Like millions (billions?) of people, I'm on Facebook. I am also on Twitter, Instagram (which is now owned by Facebook), and Google+. I like being on the internet and using social media, in general, and I also use social media to share my creative work. I'm not over here just taking from social media; I'm giving it content that generates clicks on a near-daily basis, often many times a day, and that adds up to a lot of ad money for them and not a bit of ad money for me. They know I want to use their sites, however, so they seem to feel that they can take me for granted. The sad thing is that they may be right, for reasons I'll get into below.
I want places to post my thoughts and photos where interested people will see them. Let's be honest: I'm going to put a link to this post on all of the sites I mentioned above except Instagram, where I only post images of my artwork, which has been a neglected area of my output for the last several months (I can't do everything all the time! I do not like that about myself!).
But Nayad, you ask. What exactly is your problem?
Let me tell you about my problem. My favorite social media site has been Facebook, ever since LiveJournal stopped being my favorite. I've been on Facebook, collecting connections with people I've met, for over ten years now. Over time, though, the changes there have made it less helpful for me. One of the main things that bothers me about it, especially in the last couple of years, is the manipulation of what people will be able to see. Some posts are suppressed to the point of practically disappearing, for a variety of reasons. If you don't interact with someone enough, you don't see their posts as often, and that makes it harder to interact with them, so eventually you might never see their posts at all. For a writer like me, with 2,581 Facebook "friends" (which covers everyone from family through friends through acquaintances through friends-of-friends I have never met in person), that means most of the connections I might hope to develop actually cannot be developed. People who might like to see my public posts probably won't.
Yes, people can always go directly to my blog, or to my main Facebook page, and they might. I sometimes go to the main pages of people I want to keep up with. But I would prefer to have a social media feed that helps me to notice what's going on with people who interest me, but might not always be on the top of my mind. I want other people to be able to have the option of seeing my posts without the site adding a layer of its own "opinion" about which posts matter to which people.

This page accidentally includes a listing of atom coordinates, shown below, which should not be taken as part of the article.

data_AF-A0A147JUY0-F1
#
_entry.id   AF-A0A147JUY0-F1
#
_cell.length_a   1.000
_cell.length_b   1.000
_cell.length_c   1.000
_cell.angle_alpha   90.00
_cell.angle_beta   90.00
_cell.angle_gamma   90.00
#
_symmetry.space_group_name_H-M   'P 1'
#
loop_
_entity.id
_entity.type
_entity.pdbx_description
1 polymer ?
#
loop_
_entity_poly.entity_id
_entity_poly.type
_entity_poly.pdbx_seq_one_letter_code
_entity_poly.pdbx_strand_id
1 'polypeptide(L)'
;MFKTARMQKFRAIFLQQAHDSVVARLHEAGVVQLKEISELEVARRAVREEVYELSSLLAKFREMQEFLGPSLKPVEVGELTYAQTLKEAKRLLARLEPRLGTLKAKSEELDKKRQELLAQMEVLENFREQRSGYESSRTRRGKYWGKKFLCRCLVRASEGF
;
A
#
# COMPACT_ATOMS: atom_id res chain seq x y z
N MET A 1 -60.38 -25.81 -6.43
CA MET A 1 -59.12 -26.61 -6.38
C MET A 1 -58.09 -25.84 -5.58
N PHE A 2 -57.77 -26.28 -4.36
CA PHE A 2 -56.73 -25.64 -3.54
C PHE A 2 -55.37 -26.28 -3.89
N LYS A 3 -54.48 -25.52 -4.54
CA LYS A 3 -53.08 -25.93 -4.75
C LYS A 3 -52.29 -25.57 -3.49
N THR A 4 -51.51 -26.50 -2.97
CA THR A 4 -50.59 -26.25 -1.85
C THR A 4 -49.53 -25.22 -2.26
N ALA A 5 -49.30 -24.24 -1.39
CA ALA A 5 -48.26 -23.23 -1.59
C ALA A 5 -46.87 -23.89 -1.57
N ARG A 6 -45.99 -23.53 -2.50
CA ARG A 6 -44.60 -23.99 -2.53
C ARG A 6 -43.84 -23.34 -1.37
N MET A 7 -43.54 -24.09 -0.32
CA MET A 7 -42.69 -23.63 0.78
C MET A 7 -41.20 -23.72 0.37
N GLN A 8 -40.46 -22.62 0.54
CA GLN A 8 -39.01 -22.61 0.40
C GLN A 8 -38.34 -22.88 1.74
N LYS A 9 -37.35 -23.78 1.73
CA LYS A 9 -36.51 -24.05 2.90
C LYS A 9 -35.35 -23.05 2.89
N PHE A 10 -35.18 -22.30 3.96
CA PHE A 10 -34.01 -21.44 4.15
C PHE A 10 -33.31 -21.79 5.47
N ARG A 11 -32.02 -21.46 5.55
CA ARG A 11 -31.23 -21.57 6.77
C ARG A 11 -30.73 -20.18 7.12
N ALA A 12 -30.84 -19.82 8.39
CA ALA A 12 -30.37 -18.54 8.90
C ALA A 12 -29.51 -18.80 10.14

A little while earlier this morning, I was thinking about this and - I know this is weird - I posted on Facebook about the idea of shifting more of my social media efforts to Google+, which isn't perfect but works differently. Almost immediately, I got a comment from someone who told me that Google+ is going to be discontinued. I looked it up: real news. I got other comments with ideas like using Instagram instead, or joining Mastodon, which looks like a better version of Twitter, maybe? Except a bit confusing to join? And a longtime early-adopter acquaintance who consistently finds the good stuff suggested Micro.blog, but I haven't had the chance to check it out and see how it works. So my Facebook people do see my posts and comment on them, and they simultaneously have similar concerns about Facebook and want to find better options. They also know just as well as I do that it's really hard to get anyone to try a new type of social media these days, because we get pretty invested in the ones we're already on and don't have the time to check out other ones that none of our friends are on yet, anyway. LIKE I SAID: DILEMMA.
I guess I want a social media site which:
- allows different filters for sharing (public, family, friends, acquaintances, networking)
- allows posts to be any length you want
- doesn't steer the visibility of posts in any way on its own
- allows the user to choose settings to filter posts, if they want
- shows posts in the order in which they were posted!
- facilitates useful, threaded comments
- isn't riddled with ways for your info to be stolen or otherwise profited from
- is attractive, easy to sign up for, and fun to use
- routinely solicits and applies user feedback
- doesn't get into shady social experimentation
- cracks down on bots and fake news with vigor
You know? Something that contributes value to the world and manages to become profitable by not being obviously monofocused on profit?
Stop laughing at me.